- movement
- proportion

The Plan Of Attack

Our definition of photographic composition “converting our good camera technique into attractive, interesting and successful images” is what we are hoping to achieve by using the tools which we have in our hands to arrange the various design elements in front of us to form an image.

Defining Subject and Background

if we don’t do this (as the photographer), our viewer is left to do this for himself and may come to the wrong conclusions.

- tool of thirds
- leading lines
- movement
- selective focus (DOF)

Finding Balance

a sense of balance makes our composition more “comfortable” to the viewer’s eye balance can be achieved side-to-side, top-to-bottom or across a diagonal

- light/dark
- shadows/reflections
- rough/smooth textures

Finding the Best Point of View

adjusting our point of view can have an enormous impact on what we see through the viewfinder

- proportion
- repetition/pattern
- shadows/reflections - diagonals


reducing our composition to the absolute minimum. If an object doesn’t strengthen your picture, try to eliminate it from the scene. One of our first instincts when wanting to simplify a shot should be to get closer to our subject. Carefully check corners and edges of our frame for extraneous objects.

- cropping
- selective focus/DOF - proportion

As a starting exercise, select 3 of the first 6 Design elements (excluding Value and Colour) and practice making images incorporating those 3 thoughts. By setting our cameras and working in black and white, we eliminate the very emotional response to colour and allow ourselves to build our skills step by step. Once we have spent some time with the chosen three elements, change over to the other three and learn more about the effect they have on our photography.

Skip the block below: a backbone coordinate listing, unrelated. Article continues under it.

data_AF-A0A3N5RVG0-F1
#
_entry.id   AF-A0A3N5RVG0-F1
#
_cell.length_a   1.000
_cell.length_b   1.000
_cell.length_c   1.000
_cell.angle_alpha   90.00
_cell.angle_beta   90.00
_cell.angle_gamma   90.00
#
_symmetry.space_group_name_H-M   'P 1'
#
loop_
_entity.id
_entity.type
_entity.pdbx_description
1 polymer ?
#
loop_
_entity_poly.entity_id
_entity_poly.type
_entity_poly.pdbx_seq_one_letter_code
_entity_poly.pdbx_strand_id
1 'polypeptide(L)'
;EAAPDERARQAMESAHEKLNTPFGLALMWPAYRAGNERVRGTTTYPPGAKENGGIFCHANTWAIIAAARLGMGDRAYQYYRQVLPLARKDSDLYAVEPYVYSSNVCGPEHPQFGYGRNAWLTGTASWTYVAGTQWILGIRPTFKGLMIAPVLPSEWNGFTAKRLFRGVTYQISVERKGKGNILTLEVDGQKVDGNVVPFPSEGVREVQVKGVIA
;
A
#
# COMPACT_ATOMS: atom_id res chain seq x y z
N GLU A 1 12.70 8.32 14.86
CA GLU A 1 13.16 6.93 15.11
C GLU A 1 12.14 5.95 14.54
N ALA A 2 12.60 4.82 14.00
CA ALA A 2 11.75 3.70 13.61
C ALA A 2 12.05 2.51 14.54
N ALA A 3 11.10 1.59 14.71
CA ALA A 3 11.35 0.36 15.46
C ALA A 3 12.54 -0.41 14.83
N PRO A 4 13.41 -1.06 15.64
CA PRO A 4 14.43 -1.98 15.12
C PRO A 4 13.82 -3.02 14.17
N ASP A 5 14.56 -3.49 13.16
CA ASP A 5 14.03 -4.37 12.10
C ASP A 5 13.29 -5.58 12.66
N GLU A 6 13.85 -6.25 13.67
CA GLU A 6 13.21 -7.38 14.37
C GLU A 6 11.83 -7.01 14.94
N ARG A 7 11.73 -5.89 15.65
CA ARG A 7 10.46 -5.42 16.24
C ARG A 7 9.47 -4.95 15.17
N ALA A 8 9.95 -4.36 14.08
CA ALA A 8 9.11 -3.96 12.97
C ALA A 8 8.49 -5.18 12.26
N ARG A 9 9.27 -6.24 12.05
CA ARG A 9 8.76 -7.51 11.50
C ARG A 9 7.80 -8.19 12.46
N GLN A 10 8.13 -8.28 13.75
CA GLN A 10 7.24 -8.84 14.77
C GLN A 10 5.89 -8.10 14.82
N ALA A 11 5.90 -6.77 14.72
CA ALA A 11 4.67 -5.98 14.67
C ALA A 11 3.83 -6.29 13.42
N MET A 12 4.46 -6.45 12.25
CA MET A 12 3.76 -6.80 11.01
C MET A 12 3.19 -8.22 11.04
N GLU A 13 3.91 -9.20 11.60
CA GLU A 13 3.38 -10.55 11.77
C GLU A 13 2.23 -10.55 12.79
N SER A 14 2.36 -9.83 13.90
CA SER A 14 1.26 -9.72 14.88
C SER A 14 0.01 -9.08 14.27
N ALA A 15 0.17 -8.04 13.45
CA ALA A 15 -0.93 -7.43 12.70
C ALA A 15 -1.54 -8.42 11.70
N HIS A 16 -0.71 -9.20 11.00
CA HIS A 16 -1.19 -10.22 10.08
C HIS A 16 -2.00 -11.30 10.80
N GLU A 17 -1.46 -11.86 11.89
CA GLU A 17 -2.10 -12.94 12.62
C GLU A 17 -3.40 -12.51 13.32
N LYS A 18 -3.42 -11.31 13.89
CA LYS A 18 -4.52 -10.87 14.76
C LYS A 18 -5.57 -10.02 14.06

By mixing up these elements over a period of time and gradually adding more elements to our thinking, we will come to a better understanding of what we are “seeing” in photographic terms. As soon as we add colour to the mix, by its very nature it tends to overwhelm our thinking and it is then easy to overlook other elements.
May 28, 2007
Zurich, Switzerland
A very good summary. Thanks for writing this.

Thanks Larry and you are very welcome. I'm hoping that someone here will be able to profit from it and that we may be able to start doing some work and review on Composition as well as other aspects of photography.
Aug 22, 2009
Thanks for the write up David. Having never been formally trained in photography, and learning only through trial and error, viewing others' work, and the occasional "how to" books, usually on a specific topic like using a flash, it is interesting to see a more formal definition on composition. I guess I should read more like this, to improve.
Jun 14, 2008
This is a terrific write-up David. Thank you for posting this. I'm planning a 12 month project and now I'm thinking of ways to integrate this into it. Something more organized than "Hey I took these photos.".